With a deep 29.5 percent cut to Medicare reimbursement still scheduled to hit physicians on Jan. 1, the Medicare Payment Advisory Commission (MedPAC) has proposed a plan that would kill the sustainable growth rate (SGR), but not without sacrifices from health providers and beneficiaries.
The proposed fix, which requires congressional approval, would impose a 10-year freeze of Medicare pay for primary care physicians. Specialists would get a 5.9 percent pay cut for three years, followed by a seven-year freeze.
By not cutting primary care pay and reducing specialists' reimbursement temporarily, MedPAC estimates the cost of SGR repeal to rest around $200 billion, Healthcare Finance News reports. Rather than resorting to deficit spending, the proposal includes $235 billion in offsets that would come from cuts to Medicare Part D drug plans (32 percent), post-acute care facilities (21 percent), hospitals (11 percent), laboratories (9 percent), suppliers of durable medical equipment (6 percent), Medicare Advantage plans (5 percent), and other providers (2 percent), with an additional 14 percent carved out of Medicare benefits to seniors.
MedPac's plan, scheduled for a vote in early October, has been met with disapproval from several physician groups, including the American Medical Association (AMA), American College of Surgeons (ACS), American Osteopathic Association, and Alliance for Quality Nursing Home Care.
"The misguided scheme discussed by MedPAC to replace the nearly 30 percent cut to physicians scheduled for January 1 with a new series of very significant cuts will harm patients and physicians in the Medicare program," AMA President Dr. Peter Carmel said in a statement. Since 2001, Medicare reimbursement has failed to keep pace with the cost of running a medical practice, Carmel added. "Further drastic cuts pose a very real risk to physicians' ability to retain staff, care for Medicare patients and make the investments needed to modernize their practices and participate in care delivery models intended to improve quality while reducing costs in the Medicare system."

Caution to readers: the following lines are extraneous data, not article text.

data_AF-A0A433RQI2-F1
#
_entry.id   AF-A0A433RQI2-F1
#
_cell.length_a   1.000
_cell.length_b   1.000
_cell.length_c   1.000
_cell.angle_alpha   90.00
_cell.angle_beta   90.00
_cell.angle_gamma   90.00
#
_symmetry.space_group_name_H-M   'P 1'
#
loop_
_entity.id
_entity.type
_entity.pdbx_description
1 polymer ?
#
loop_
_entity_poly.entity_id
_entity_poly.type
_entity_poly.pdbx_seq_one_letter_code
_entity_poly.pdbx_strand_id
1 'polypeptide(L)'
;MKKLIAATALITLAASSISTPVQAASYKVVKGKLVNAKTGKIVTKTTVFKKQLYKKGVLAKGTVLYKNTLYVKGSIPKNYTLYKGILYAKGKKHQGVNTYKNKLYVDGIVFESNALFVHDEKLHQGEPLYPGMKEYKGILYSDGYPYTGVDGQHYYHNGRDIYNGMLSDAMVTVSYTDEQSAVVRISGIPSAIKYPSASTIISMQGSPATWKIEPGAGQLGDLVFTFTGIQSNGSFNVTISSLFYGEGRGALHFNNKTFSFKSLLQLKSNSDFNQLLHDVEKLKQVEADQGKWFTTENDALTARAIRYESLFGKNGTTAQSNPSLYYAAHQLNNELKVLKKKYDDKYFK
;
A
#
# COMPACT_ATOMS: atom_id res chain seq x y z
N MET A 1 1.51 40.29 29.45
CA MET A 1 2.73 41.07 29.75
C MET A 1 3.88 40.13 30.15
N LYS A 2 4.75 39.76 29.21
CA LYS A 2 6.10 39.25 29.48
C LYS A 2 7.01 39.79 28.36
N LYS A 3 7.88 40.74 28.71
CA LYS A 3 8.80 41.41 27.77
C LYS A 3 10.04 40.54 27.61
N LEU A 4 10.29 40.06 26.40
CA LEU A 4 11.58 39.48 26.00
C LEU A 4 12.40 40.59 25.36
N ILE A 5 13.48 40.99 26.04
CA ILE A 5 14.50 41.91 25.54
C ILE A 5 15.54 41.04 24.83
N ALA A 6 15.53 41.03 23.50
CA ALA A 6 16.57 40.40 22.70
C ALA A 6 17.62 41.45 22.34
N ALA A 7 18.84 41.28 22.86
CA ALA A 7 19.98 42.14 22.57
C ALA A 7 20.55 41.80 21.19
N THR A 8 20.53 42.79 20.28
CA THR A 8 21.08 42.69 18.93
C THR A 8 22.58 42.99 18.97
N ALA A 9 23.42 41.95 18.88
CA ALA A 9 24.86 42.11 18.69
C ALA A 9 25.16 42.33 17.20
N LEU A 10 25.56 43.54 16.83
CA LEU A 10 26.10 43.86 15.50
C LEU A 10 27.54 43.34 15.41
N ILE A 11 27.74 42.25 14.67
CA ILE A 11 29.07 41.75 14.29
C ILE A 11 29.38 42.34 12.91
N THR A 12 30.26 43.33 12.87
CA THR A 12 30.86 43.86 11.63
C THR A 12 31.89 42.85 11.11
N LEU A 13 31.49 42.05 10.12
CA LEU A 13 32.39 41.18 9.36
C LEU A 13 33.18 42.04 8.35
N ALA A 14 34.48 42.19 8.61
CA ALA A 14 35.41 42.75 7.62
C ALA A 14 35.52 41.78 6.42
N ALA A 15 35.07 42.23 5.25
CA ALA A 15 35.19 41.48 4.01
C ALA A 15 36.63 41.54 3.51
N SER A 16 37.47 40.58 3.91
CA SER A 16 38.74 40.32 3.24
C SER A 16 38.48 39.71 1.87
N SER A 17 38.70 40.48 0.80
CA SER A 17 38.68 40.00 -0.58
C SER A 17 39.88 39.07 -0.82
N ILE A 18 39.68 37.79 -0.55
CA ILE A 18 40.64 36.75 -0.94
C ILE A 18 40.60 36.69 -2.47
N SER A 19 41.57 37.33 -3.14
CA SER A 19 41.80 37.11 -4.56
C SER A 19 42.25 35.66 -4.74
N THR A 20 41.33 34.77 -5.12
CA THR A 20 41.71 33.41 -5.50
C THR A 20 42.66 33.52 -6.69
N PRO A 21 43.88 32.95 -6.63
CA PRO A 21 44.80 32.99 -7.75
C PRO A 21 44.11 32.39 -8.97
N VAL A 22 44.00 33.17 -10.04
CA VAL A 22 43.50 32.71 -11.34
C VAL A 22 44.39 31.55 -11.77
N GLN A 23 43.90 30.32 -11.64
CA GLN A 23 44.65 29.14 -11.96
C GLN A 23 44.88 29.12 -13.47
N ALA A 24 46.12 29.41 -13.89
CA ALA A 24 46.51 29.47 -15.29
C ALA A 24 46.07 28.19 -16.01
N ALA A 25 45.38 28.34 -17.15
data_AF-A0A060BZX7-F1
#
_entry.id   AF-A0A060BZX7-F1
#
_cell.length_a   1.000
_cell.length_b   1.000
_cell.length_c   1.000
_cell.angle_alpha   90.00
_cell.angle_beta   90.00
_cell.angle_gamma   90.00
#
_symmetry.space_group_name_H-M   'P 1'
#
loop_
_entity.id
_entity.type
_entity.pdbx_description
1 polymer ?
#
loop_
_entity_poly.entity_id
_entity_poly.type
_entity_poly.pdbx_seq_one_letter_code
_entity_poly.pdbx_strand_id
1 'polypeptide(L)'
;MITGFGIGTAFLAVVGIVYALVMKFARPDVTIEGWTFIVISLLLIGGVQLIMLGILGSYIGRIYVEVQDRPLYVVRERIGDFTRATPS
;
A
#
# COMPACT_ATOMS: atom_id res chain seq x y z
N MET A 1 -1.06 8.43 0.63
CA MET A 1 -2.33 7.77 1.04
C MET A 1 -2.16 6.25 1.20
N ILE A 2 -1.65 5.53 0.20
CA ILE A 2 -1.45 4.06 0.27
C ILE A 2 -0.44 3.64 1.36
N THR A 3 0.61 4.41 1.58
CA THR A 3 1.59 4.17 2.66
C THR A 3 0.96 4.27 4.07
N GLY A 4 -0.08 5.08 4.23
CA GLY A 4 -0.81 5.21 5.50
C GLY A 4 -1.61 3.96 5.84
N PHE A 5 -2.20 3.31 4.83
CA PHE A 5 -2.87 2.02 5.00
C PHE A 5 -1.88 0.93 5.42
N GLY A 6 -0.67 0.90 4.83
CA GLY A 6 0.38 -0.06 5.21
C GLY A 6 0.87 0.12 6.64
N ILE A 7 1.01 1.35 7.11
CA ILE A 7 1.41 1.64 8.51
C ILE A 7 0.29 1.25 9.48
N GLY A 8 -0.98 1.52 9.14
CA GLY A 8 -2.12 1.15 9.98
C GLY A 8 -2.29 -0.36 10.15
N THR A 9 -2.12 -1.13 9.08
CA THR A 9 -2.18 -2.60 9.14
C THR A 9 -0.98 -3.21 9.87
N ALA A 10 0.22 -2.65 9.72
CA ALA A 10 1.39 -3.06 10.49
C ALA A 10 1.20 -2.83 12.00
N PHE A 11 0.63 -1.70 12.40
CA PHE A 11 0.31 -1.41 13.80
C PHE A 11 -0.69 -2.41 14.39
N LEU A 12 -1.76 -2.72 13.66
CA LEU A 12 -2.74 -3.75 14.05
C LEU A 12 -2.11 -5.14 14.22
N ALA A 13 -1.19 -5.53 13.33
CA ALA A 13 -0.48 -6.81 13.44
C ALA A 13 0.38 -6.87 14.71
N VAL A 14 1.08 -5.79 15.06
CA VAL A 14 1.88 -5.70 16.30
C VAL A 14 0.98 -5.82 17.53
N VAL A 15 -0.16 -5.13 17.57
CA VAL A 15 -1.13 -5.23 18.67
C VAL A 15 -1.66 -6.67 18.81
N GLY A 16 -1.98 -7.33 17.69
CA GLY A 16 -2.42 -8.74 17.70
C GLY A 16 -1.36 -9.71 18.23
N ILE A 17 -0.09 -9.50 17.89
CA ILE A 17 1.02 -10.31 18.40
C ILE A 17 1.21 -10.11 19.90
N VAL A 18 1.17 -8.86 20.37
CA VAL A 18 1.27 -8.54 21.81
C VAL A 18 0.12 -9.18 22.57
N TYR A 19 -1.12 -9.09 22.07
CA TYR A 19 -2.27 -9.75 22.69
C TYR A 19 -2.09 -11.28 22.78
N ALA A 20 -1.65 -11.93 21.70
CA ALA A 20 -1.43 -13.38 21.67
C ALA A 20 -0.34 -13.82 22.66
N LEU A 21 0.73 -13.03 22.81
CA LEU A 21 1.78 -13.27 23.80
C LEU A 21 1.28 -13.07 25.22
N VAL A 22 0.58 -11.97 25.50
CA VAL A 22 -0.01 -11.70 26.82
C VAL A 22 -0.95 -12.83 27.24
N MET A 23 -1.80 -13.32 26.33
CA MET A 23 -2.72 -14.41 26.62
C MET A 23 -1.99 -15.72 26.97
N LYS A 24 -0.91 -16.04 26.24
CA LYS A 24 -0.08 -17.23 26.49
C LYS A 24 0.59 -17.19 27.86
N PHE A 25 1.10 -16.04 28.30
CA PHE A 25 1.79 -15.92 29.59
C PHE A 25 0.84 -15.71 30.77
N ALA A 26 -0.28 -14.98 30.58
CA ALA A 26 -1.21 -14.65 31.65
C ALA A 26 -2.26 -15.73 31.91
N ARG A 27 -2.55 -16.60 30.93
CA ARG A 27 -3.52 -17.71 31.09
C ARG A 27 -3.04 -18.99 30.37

While ACS praised MedPAC for recognizing the need to eliminate the SGR, it also criticized the commission for undervaluing the role of physicians. "We do not believe that cuts are the answer," ACS said in a statement. "We believe that a replacement of the SGR needs to be created that leverages quality, bends the cost curve, pays down the SGR debt and incentivizes value in the future."
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